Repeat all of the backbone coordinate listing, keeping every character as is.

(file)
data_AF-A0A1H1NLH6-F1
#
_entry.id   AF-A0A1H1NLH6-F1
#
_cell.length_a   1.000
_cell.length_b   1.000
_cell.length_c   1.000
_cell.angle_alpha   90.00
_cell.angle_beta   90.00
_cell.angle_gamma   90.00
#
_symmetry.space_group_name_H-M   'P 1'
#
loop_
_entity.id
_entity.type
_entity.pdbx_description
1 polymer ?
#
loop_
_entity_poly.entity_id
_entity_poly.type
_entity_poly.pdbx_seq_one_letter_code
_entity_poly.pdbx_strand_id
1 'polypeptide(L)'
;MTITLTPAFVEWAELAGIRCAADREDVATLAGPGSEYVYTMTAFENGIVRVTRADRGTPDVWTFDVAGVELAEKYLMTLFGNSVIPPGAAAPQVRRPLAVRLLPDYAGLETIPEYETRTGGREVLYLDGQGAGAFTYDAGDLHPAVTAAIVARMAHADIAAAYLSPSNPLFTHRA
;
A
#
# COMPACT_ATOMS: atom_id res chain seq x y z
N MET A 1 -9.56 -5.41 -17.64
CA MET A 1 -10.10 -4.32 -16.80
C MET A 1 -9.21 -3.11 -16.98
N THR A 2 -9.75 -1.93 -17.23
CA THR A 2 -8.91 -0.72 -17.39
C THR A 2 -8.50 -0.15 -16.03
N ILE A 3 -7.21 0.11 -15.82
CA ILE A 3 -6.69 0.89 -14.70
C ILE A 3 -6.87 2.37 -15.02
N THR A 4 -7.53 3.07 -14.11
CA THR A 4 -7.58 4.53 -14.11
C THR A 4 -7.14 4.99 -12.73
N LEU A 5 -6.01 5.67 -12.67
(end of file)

data_AF-A0A1H1NLH6-F1
#
_entry.id   AF-A0A1H1NLH6-F1
#
_cell.length_a   1.000
_cell.length_b   1.000
_cell.length_c   1.000
_cell.angle_alpha   90.00
_cell.angle_beta   90.00
_cell.angle_gamma   90.00
#
_symmetry.space_group_name_H-M   'P 1'
#
loop_
_entity.id
_entity.type
_entity.pdbx_description
1 polymer ?
#
loop_
_entity_poly.entity_id
_entity_poly.type
_entity_poly.pdbx_seq_one_letter_code
_entity_poly.pdbx_strand_id
1 'polypeptide(L)'
;MTITLTPAFVEWAELAGIRCAADREDVATLAGPGSEYVYTMTAFENGIVRVTRADRGTPDVWTFDVAGVELAEKYLMTLFGNSVIPPGAAAPQVRRPLAVRLLPDYAGLETIPEYETRTGGREVLYLDGQGAGAFTYDAGDLHPAVTAAIVARMAHADIAAAYLSPSNPLFTHRA
;
A
#
# COMPACT_ATOMS: atom_id res chain seq x y z
N MET A 1 -9.56 -5.41 -17.64
CA MET A 1 -10.10 -4.32 -16.80
C MET A 1 -9.21 -3.11 -16.98
N THR A 2 -9.75 -1.93 -17.23
CA THR A 2 -8.91 -0.72 -17.39
C THR A 2 -8.50 -0.15 -16.03
N ILE A 3 -7.21 0.11 -15.82
CA ILE A 3 -6.69 0.89 -14.70
C ILE A 3 -6.87 2.37 -15.02
N THR A 4 -7.53 3.07 -14.11
CA THR A 4 -7.58 4.53 -14.11
C THR A 4 -7.14 4.99 -12.73
N LEU A 5 -6.01 5.67 -12.67